"Get going, boyo. Report to me at the Hall. And Prince Yaslana," Saetan added when Lucivar reached the door, "remember Glacia isn't your territory. You're not the law there."
"Yes, sir, I'll remember. We just witness and report."
3 / Kaeleer
Seeing the guarded look in Marian's eyes and the way Luthvian managed to convey silently her disapproval of her son's choice of a wife, Surreal wondered how pissed off Lucivar would be if they took his mother into the garden and used her for target practice.
"How did you manage to bake anything this morning?" Nurian, the journeymaid Healer, asked as she accepted a nutcake from the plate Marian was passing around. "And how do you get anything else done after these morning workouts?"
"Oh," Marian said with a shy smile, "I'm used to it by now, and—"
"You're a Healer," Luthvian interrupted, giving Nurian a cool stare."Your finding it difficult to practice a demanding Craft after these workouts is understandable. But they're hardly an excuse for neglecting one's duties when you're talking abouthearth Craft. After all—"
"If you'll excuse us," Surreal said, hauling Luthvian to her feet. "There's something Lady Luthvian and I need to discuss."
"Let go of me," Luthvian snarled as Surreal dragged her out of the room. "You don't treat a Black Widow Healer like she was—"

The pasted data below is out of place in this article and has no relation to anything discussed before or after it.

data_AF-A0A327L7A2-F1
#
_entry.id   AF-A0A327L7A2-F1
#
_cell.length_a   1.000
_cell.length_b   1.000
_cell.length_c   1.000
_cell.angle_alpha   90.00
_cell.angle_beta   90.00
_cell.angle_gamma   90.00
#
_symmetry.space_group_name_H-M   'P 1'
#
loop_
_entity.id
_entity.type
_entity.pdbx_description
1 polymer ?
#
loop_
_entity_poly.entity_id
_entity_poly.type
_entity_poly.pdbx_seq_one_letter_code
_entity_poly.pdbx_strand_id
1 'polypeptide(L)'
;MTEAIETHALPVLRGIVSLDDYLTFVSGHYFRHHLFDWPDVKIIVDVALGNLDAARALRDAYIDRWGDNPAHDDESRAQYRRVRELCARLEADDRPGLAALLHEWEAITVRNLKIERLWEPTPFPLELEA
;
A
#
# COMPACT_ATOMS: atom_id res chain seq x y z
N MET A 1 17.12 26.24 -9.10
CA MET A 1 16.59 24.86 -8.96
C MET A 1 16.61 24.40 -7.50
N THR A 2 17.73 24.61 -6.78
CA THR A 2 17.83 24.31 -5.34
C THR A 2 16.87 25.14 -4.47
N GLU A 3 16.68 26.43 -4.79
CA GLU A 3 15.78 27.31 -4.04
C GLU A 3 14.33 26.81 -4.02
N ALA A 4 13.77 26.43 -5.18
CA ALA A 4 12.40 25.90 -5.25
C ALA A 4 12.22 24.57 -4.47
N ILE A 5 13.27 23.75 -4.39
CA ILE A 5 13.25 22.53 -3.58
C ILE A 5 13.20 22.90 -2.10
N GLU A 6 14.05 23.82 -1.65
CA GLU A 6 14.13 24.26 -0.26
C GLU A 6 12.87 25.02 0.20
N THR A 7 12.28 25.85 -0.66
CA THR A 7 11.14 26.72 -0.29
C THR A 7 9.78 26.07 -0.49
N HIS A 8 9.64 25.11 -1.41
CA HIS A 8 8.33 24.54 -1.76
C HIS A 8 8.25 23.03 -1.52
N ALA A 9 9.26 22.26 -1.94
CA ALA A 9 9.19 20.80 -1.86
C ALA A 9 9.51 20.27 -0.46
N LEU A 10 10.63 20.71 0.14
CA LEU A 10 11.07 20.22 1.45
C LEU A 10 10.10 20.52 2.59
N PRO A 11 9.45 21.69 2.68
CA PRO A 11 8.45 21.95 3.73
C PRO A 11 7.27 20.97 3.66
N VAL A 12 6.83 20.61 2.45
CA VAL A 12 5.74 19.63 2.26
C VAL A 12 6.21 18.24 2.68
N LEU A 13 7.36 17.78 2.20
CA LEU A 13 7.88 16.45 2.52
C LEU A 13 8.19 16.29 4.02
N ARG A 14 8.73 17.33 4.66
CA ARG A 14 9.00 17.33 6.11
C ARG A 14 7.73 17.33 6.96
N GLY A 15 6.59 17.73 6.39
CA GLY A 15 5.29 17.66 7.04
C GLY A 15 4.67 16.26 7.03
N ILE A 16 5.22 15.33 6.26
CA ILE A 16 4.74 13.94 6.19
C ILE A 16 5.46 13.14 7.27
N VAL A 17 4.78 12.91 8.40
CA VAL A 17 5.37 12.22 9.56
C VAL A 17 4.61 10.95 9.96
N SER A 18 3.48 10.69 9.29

"A hearth-witch?" Surreal said with venomous sweetness as she shoved Luthvian into the garden.
"Exactly," Luthvian replied darkly. "But I don't suppose awhore —"
"Shut up, bitch," Surreal said too quietly.
Luthvian sucked in air. "You forget your place!"
"No, sugar, that's exactly what I'm not forgetting. You may belong to a higher caste, but my Jewels outrank yours. I figure that evens things out—at least within the family. You don't like me, and that suits me just fine because I don't like you either."
"Crossing a Black Widow isn't wise," Luthvian said softly.
"Crossing an assassin isn't wise either." Surreal smiled when Luthvian's eyes widened. "So let's make this simple. If you make one more disparaging remark about Marian, I'm going to bang your face against the wall until some sense gets knocked into you."